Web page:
Alex Chisholm: we surely all know someone who deserves the Volunteering Award

Written by Alex Chisholm on 1 June 2018

With nominations open for the Civil Service Awards 2018, the Volunteering category champion and BEIS perm sec explains how volunteering helped him build imagination and empathy

Alex Chisholm. Credit: Photoshot

It’s no surprise that there are so many inspiring examples of civil servants involved in volunteering. Our day job is all about providing a quality service to the public, stakeholders and customers and, in a variety of ways, making the world a better place. We’re also encouraged to contribute beyond our ‘core’ business objectives at work by taking on corporate responsibilities such as involvement in diversity networks, health and wellbeing initiatives, outreach activities and fundraising. All of us are entitled to a minimum of three days’ special leave for volunteering each year.

As I wrote on the Civil Service Blog last year, there are great benefits to volunteering, both for individuals and for their communities. Not only is volunteering personally rewarding, it also provides an opportunity to develop a whole range of skills that are essential in the workplace, including communication, inclusiveness, adaptability, teamworking and leadership.

Volunteering can also be a good opportunity to meet a broader range of people than we might ordinarily interact with at work or in our home lives. This can surely only be a good thing when it comes to developing policy or delivering services that work in the real world. Certainly, I have found it very helpful to building my store of imagination and empathy.

Throughout the civil service, brilliant colleagues are contributing their time and effort in supporting local and national charities, running community groups and services, promoting conservation and the natural environment, serving in the reserves, acting as magistrates, and much, much more.

For these reasons, I’m delighted to be champion for the volunteering category in this year’s civil service awards. The Volunteering Award recognises individuals who:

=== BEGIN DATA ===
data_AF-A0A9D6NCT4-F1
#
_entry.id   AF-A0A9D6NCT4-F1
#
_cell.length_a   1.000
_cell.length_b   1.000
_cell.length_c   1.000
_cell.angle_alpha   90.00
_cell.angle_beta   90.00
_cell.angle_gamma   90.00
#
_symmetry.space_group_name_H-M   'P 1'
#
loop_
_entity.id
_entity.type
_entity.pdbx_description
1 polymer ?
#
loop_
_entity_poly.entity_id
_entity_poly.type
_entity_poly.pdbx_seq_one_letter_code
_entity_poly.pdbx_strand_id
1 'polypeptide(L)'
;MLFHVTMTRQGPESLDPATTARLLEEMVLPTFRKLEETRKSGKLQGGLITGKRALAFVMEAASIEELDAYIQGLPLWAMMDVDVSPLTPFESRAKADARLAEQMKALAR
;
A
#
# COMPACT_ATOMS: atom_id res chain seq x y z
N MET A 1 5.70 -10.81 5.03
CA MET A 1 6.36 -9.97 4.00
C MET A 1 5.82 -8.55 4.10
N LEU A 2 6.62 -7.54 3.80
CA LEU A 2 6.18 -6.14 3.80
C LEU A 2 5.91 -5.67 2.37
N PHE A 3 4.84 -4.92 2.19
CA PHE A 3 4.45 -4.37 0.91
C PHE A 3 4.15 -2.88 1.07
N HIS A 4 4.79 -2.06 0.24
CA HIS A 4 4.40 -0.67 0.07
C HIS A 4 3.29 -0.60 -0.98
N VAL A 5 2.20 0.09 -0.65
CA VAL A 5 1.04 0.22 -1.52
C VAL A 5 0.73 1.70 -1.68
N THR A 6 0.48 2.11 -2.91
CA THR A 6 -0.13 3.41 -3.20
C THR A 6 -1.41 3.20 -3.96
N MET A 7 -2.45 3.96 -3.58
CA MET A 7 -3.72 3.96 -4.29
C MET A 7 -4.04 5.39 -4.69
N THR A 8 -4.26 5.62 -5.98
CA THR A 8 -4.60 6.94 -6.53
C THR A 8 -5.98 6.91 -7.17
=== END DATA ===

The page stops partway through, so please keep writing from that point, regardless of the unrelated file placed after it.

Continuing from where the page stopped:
“Volunteer outside of their civil service career and make an outstanding contribution to their local community, civil society or their country, be it through charity work, volunteering in local communities or as a reservist, through:

  • passion and enthusiasm for making a difference whilst maintaining a strong work ethic and high standards in their civil service career;
  • a substantial, demonstrable and positive impact that has occurred as a direct result of the individual’s engagement and commitment;
  • going above and beyond the call of duty, taking a hands-on, proactive approach to their involvement with their chosen cause.”

I’m sure we can all think of an individual within our workplace who meets this description, so why not submit a nomination, or encourage someone to apply? Applications are open until 25 July.

Nominate now for the Civil Service Awards

The Civil Service Awards Community is a new section on Civil Service World that aims to celebrate past winners, inspire people to nominate in 2018, and help us all to learn from good practice. If you’ve ever won or been shortlisted for an award, register your interest to hear about future events and projects for awards alumni

About the author

Alex Chisholm is permanent secretary at the Department for Business, Energy and Industrial Strategy, and category champion for the Volunteering Award